from the Jackson Circuit Court Trial Court Cause No.
36C01-0306-FA-21 The Honorable William E. Vance, Judge
Appellant pro se Cory Pollard Pendleton, Indiana
Attorneys for Appellee Curtis T. Hill, Jr. Attorney General
of Indiana Lyubov Gore Deputy Attorney General Indianapolis,
Cory Pollard appeals the trial court's denial of his
motion for educational credit time. We affirm.
The sole issue Pollard raises is whether the trial court
properly denied his motion for educational credit time.
On June 30, 2003, Pollard was charged with Class A felony
dealing in cocaine. He pled guilty to the charge on November
9, 2005. On January 27, 2006, he was sentenced to twenty
years executed in the Department of Correction (DOC), with
896 days of credit time for time served and 896 days of good
From January 2008 to December 16, 2011, while serving his
sentence at the Branchville Correctional Facility, Pollard
pursued a Bachelor of Science degree. He completed the
requirements and received his degree on December 16, 2011.
Per Indiana Code Section 35-50-6-3.3(d)(4), the amount of
credit time Pollard could earn for obtaining his
bachelor's degree was two years (730 days). Subsection
(j) of the statute provided, however, that earned credit time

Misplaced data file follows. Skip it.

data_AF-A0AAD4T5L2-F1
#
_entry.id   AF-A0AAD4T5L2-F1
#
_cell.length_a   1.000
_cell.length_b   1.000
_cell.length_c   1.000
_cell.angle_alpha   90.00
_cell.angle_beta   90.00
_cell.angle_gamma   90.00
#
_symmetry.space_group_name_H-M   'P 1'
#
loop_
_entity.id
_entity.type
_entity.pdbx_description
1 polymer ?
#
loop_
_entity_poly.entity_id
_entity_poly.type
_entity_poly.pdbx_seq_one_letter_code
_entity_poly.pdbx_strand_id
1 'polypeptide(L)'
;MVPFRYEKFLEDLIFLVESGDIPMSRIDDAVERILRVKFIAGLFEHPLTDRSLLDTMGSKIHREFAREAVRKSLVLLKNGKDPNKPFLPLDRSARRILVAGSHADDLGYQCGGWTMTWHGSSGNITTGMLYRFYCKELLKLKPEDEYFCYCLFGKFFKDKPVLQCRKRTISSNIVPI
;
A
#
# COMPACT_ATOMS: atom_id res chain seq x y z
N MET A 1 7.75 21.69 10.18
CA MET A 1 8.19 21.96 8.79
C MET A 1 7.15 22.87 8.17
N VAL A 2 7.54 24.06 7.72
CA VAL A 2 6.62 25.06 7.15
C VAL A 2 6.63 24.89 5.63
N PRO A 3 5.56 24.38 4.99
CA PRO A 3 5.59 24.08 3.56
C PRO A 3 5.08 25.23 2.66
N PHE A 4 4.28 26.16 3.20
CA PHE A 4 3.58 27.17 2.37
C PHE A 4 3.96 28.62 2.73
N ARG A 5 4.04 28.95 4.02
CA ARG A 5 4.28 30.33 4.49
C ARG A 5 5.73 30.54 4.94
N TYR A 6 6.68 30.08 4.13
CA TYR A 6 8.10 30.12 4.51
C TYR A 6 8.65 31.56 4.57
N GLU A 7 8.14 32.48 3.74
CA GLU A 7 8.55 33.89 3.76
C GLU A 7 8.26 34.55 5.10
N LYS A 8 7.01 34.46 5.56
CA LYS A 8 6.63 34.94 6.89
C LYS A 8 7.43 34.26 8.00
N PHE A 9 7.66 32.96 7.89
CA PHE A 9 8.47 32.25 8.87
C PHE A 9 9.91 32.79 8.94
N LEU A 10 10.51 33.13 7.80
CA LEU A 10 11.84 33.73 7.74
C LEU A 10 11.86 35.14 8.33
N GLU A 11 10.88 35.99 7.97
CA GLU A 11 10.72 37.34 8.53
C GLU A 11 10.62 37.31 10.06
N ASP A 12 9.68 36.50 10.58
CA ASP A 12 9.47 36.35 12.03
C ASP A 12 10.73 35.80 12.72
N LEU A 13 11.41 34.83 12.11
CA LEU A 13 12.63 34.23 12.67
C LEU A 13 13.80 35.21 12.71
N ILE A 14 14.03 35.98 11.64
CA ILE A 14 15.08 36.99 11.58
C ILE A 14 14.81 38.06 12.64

could not reduce an inmate's sentence to less than
forty-five days. Ind. Code § 35-50-6-3.3(j).
On January 13, 2012, Pollard submitted his Bachelor of
Science educational credit request to the correctional
facility. His request was denied on January 17, 2012, because
his earliest projected release date from the correctional
facility was within forty-five days of his request for
educational credit. On January 24, 2012, Pollard was released
Pollard's parole was revoked on or about December 5,
2013, for a violation of parole rules, and he was
reincarcerated. On May 8, 2014, he submitted to the
correctional facility a second request for educational credit
for obtaining his Bachelor of Science degree. Pollard's
request was denied on May 12, 2014. A letter issued by the
DOC Director of Education explained that the request was
denied because Pollard "did not complete the Bachelor of
Science degree during [his] current period of incarceration
and it was denied previously, [sic] one cannot bank away time
for future periods of incarceration. Therefore, the Education
Division [of the DOC] cannot offer you any relief in this
matter." Supp. App. Vol. II p. 23.
On February 24, 2016, Pollard filed with the trial court a
pro se motion for educational credit based on the completion
of his bachelor's degree. He requested that two years
(730 days) of credit time be subtracted from the earliest
projected release date for his ...